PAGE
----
The Miracle at Cana, Wilhelm Borremans (1670–1744), 1717; Ceiling fresco, Church of Santa Maria dell'Ammiraglio (“The Martorana”), Palermo, Sicily. Photo by Richard Stracke.

Fr Neil’s homily at Mass on the Second Sunday after Epiphany (17 January)

“Do whatever he tells you.”

These are the simple but profound words of Our Lady to the assistants at the wedding feast of Cana. The wedding feast, which would typically last between five and seven days and involve the entire community, was running out of wine. The host family were in danger of being embarrassed before all their guests and having the merriment cut short, through lack of wine. The family and tight-knit community would not forget such an incident.

Our Lady turns to Our Lord for help: “They have no wine.” Our Lord responds first with an understandable statement, “O woman, what is that to you or me?” They were guests not the hosts, and it wasn’t their responsibility. An obvious act of intervention would also embarrass the hosts. Christ then goes on to make what at first seems a rather odd statement. “My hour has not yet come.”

The imagery of the wedding feast is very powerful in the scriptural prophetic tradition. From the time of Isaiah, the language of the messianic wedding feast as a sign of fulfilment was well known. With these words our Lord is looking forward to the hour of his passion and the Last Supper, the banquet of the Paschal Lamb and the foretaste of the heavenly kingdom. ‘You prepare a table before me in the presence of my enemies; you anoint my head with oil, my cup overflows.’ This was not that banquet or that hour but his actions will point forward to it.

Here water is turned into wine, not only revealing his authority over the created order, but pointing to the Last Supper where bread and wine are linked to his death and shedding of blood on the cross. The wine will be turned into his precious blood — the new wine of the kingdom that is his very body, soul and divinity, made present at every celebration of the mass.

Despite what Christ says, Our Lady turns to the wedding assistants and instructs them to “do whatever he tells you.” The result of their obedience was the miracle of the six 20-gallon jars of water being turned into the best wine the guests had ever tasted — with more than enough to go around.

The steward of the feast, not knowing where the wine had come from, toasts the groom for only producing the best wine at the last. The family hosting will for ever be remembered in the community, not for the failure of wine but for providing the best wine they’d ever had — and would almost certainly have become a part of their own folklore.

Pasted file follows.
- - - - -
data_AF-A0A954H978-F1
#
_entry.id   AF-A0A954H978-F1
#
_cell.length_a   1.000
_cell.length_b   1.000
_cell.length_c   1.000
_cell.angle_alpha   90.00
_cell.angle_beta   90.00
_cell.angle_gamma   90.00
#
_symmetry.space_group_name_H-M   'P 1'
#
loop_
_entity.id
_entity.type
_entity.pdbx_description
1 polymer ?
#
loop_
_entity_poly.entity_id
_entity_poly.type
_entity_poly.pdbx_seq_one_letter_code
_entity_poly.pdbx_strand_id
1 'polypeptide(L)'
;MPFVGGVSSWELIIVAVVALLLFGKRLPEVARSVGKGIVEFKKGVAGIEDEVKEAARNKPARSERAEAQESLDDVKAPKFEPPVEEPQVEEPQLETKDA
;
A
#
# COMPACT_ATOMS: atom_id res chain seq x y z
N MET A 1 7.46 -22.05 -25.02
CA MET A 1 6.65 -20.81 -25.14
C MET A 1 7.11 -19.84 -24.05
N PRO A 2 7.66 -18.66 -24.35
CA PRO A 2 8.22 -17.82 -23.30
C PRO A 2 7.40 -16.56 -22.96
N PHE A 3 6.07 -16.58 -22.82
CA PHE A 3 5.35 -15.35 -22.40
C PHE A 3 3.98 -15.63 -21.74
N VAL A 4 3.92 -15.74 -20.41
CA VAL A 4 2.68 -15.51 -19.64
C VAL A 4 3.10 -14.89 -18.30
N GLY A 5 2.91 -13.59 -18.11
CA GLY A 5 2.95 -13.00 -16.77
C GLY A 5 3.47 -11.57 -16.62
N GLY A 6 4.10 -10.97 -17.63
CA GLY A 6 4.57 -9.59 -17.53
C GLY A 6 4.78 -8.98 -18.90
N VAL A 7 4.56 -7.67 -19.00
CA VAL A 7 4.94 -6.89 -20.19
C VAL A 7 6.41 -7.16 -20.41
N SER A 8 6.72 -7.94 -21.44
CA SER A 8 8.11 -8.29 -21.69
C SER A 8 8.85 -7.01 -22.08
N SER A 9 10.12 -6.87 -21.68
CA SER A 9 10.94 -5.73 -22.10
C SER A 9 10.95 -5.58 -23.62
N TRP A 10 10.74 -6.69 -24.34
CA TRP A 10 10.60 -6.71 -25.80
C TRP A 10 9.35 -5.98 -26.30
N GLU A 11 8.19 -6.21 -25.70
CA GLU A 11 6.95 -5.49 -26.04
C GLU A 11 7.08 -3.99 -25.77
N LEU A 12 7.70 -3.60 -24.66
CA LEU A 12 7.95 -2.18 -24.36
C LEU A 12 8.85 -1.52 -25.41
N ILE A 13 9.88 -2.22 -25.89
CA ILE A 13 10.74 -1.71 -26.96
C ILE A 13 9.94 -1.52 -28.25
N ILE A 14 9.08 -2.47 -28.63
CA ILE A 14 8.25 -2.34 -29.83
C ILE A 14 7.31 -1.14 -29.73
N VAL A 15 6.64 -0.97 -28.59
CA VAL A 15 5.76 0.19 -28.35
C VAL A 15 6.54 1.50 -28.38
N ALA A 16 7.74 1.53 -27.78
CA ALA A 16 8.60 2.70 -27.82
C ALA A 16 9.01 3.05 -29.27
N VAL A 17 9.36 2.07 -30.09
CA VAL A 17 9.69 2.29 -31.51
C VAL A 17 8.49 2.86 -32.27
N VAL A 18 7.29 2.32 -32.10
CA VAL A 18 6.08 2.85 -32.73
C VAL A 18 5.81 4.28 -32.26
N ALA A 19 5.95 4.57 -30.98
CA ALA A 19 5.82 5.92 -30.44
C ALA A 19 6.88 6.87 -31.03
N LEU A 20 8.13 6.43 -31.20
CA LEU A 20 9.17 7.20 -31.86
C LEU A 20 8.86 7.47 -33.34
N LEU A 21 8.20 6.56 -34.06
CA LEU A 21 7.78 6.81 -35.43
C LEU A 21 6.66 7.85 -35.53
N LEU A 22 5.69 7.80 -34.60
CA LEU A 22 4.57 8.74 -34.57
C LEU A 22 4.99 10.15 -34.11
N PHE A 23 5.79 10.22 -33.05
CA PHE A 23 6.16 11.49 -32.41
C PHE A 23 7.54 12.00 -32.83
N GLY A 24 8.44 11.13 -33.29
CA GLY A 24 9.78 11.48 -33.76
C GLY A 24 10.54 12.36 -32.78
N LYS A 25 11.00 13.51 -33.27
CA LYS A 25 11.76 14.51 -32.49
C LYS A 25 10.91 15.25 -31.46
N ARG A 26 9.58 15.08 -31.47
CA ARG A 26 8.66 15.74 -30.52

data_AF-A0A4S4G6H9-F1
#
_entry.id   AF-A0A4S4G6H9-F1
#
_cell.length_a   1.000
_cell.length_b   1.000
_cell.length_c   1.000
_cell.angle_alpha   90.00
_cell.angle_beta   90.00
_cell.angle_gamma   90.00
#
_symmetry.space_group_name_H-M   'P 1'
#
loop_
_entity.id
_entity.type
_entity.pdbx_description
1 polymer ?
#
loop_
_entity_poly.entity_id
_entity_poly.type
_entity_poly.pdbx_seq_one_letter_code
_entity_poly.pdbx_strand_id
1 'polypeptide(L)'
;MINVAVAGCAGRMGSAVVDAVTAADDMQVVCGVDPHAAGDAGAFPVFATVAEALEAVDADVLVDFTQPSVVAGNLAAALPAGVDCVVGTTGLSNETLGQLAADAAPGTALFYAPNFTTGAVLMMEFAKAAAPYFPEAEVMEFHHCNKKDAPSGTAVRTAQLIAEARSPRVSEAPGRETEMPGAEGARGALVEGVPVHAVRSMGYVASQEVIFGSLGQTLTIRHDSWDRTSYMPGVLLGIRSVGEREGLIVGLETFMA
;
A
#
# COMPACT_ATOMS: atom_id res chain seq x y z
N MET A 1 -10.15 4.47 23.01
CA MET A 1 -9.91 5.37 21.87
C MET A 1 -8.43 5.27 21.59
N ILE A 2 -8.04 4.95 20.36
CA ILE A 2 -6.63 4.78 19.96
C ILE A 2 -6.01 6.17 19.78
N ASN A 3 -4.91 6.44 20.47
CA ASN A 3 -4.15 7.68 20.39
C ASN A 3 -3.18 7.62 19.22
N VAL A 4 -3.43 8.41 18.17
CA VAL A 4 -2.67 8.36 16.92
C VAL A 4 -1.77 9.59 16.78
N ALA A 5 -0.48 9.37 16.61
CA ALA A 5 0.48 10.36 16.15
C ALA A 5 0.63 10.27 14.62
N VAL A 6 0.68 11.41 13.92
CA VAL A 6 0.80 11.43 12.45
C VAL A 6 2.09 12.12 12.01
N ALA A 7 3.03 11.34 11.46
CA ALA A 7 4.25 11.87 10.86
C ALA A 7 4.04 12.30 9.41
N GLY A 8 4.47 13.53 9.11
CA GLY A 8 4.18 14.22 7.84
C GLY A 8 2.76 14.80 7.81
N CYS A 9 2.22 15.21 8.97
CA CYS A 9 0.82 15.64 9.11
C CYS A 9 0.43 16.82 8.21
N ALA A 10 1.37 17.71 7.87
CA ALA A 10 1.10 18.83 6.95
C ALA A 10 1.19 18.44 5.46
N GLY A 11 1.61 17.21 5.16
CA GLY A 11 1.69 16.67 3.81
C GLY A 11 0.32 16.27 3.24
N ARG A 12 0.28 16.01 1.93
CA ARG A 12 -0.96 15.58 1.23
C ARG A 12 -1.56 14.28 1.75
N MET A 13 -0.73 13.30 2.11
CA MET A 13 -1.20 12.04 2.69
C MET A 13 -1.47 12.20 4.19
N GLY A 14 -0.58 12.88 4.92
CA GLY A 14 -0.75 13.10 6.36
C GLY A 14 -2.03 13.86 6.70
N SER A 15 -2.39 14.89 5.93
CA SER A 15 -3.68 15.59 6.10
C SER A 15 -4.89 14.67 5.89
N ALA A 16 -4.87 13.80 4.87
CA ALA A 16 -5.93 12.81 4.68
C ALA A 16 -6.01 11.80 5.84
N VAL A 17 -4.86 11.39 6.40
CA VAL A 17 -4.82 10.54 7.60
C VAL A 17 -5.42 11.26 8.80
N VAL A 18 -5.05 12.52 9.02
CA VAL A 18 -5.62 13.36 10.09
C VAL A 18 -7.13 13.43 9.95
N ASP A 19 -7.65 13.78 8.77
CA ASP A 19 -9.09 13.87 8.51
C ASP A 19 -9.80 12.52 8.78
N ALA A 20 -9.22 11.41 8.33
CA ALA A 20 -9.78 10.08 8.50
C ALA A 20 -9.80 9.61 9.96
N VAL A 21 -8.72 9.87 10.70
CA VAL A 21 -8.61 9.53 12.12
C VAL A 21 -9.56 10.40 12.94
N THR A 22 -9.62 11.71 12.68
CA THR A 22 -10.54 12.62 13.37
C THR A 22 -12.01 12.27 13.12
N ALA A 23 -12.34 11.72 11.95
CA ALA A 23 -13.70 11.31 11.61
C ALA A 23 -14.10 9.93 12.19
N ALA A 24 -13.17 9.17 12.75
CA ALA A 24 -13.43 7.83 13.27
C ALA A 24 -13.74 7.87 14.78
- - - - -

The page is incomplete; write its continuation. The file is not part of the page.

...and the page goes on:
Of course the reference to the groom is also important. This epiphany, albeit quietly, reveals our Lord fulfilling the messianic and prophetic tradition in the wedding feast. The true groom responsible for the new wine of the kingdom is Christ. The Groom in the prophetic tradition is not directly a messianic figure however, but God himself. God is the groom and the people of God are the bride. God sits amongst his people so often unknown, yet for those who have the eyes and ears of faith, he brings salvation and reveals the wonder of his glory.

This reveals to us the abundant, generous nature of God, who by his loving grace gives us more than we could ever imagine. It also gives us a glimpse of the power of Mary’s interceding to her Son on our behalf and the fruit of her graces. Asking Our Lady to intercede for us is one of the most powerful spiritual weapons of grace at our disposal. We should never tire of saying the Rosary and other Marian devotions. Obedience to our Lord’s directions and teachings, even if we don’t always understand, are our means of receiving the generous gifts of the Lord. If the assistants had not done as he asked, believing the actions foolish, they would never have seen the great miracle that took place at the wedding at Cana, which revealed a glimpse of his divine glory.

How we need to hear these sage words of Our Lady, “Do whatever he tells you.” After all Our Lady had said to God; “Let it be unto me according to thy word.” They are simple words but the means by which we gain salvation, fulfil our vocation, are animated in the Spirit, encounter the wonder of his glory, and glimpse the heavenly banquet of the Kingdom.